Build resilient infrastructure, promote inclusive and sustainable industrialisation and foster innovation

Investments in infrastructure – transport, irrigation, energy and information and communication technology – are crucial to achieving sustainable development and empowering communities in many countries. It has long been recognised that growth in productivity and incomes, and improvements in health and education outcomes require investment in infrastructure.

Manufacturing is an important driver of economic development and employment. At the current time, however, manufacturing value added per capita is only US$100 in the least developed countries compared to over US$4,500 in Europe and Northern America. Another important factor to consider is the emission of Carbon Dioxide during manufacturing processes. Emissions have decreased over the past decade in many countries but the pace of decline has not been even around the world.

Technological progress is the foundation of efforts to achieve environmental objectives, such as increased resource and energy efficiency. Without technology and innovation, industrialisation will not happen, and without industrialisation, development will not happen. There needs to be more investments in high-tech products that dominate the manufacturing productions to increase efficiency and a focus on mobile cellular services that increase connections between people.


The building industry is producing massive amounts of waste and consuming large amounts of natural resources and energy.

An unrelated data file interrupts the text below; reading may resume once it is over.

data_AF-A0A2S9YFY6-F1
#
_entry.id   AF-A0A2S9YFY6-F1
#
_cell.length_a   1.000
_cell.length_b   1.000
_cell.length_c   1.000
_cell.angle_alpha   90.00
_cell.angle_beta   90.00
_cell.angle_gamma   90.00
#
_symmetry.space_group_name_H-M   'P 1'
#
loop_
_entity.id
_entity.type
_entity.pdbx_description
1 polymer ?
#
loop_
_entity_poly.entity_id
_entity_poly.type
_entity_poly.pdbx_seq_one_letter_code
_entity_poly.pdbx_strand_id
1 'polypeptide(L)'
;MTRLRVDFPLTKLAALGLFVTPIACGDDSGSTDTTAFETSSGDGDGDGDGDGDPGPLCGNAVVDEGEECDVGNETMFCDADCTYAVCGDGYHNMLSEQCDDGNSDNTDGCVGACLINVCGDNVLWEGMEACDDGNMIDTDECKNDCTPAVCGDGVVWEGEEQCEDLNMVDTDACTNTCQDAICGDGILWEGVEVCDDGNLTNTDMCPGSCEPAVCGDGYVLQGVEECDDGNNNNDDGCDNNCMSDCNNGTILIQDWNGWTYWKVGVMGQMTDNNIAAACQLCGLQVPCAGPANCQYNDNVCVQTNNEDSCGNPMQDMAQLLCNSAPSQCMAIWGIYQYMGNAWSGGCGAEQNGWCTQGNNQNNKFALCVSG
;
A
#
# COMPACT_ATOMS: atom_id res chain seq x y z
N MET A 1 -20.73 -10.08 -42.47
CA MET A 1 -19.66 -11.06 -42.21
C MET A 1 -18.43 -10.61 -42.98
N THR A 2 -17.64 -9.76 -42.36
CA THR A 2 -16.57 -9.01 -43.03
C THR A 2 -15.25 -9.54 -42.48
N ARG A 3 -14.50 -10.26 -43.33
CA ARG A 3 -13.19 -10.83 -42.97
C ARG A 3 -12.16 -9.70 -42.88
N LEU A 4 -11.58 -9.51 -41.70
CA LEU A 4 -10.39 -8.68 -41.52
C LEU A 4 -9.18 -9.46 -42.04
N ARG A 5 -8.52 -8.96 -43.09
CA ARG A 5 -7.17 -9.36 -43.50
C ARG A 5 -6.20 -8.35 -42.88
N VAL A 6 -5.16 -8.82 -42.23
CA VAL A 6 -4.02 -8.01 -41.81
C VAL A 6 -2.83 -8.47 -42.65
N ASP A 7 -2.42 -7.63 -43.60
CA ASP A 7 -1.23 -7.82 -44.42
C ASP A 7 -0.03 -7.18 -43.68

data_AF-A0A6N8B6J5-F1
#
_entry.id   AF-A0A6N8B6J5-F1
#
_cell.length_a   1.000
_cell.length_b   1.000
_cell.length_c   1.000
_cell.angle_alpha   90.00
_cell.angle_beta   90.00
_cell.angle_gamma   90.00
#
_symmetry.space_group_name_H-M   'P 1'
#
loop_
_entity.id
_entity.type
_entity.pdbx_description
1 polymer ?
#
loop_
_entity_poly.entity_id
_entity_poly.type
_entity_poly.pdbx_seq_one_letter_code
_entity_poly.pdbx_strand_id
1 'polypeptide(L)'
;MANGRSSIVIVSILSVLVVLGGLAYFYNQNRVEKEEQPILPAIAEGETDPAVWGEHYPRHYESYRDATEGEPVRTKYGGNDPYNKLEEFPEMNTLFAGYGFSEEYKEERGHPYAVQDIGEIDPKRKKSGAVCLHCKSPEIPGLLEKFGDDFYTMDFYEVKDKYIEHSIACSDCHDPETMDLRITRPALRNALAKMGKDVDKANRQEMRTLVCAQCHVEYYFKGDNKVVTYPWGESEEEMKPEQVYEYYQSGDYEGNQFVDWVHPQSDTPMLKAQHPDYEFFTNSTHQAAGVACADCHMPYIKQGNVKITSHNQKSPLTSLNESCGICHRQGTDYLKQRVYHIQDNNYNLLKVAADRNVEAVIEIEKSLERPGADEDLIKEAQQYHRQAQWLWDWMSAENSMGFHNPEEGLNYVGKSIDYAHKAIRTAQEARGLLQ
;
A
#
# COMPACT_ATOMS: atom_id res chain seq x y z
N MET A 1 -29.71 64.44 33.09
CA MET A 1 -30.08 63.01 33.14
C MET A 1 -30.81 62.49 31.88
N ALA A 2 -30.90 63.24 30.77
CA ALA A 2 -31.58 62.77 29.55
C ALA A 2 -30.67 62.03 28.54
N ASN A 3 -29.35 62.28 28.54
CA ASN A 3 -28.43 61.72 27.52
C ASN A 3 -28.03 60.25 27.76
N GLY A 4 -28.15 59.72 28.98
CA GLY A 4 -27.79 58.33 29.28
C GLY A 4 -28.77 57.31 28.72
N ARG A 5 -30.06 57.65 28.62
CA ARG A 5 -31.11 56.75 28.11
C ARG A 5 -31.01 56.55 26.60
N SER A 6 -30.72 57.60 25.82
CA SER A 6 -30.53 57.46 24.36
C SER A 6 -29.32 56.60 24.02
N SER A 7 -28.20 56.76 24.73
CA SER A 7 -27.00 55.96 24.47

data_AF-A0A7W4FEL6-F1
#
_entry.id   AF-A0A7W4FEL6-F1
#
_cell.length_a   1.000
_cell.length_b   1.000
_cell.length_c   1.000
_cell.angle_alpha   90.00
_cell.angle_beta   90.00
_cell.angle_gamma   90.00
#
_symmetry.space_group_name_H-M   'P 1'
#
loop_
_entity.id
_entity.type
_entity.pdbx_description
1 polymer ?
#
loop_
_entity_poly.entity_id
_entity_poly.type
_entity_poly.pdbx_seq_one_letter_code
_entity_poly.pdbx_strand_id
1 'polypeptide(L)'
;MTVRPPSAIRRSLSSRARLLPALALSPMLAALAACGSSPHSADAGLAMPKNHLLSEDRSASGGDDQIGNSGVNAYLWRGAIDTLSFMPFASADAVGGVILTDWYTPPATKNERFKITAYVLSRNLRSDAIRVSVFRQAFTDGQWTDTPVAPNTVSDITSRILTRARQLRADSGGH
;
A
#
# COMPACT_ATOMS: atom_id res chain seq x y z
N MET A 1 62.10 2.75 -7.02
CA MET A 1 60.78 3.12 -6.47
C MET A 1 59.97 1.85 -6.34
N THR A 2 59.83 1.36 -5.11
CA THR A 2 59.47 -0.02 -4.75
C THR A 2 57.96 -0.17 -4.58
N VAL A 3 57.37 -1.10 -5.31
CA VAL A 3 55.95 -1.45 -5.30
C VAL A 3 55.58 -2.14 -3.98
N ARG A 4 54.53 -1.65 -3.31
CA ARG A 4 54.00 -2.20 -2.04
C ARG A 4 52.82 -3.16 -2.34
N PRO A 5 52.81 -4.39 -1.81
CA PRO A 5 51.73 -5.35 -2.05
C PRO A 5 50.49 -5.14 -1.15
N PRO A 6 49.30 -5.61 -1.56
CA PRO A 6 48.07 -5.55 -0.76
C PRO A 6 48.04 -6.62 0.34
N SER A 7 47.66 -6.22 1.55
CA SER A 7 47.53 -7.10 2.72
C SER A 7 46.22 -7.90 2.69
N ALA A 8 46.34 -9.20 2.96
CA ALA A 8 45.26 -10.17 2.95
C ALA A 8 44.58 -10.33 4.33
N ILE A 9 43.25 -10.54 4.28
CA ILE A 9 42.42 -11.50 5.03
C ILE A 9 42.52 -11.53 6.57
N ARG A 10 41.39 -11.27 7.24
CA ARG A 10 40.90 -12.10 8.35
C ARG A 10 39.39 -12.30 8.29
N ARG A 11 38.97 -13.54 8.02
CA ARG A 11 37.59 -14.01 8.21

Advancing sustainability in the built environment requires a development of industry and industrial infrastructure away from current practice and towards new ways of producing and assembling. We must develop our industry, its services, products and transportation systems to pollute less, tie up less energy, produce less waste and provide solutions that are safer and healthier than current standards.

The building industry is by nature site-specific, and we must aim at utilising local industries and advancing the development of sustainable products locally, in all countries. This requires the development of both physical and digital infrastructures to promote more sustainable trade and coexistence, including much more focus on the industry’s use of local materials and resources. Where advanced industry is available, the focus is on the development of products that improve existing standards and raise the level on sustainability, for example by moving from a focus on no waste in production to a focus on no waste in a lifecycle perspective. This requires training and the development of new competences at all levels in the building industry, as well as research and prototypes to test the potential of new tools, processes and solutions. The resulting innovations in industry must continuously be measured against a culturally and climatically site-specific impact on sustainability.

CASE STUDIES Kvadrat Soft Cells, Denmark


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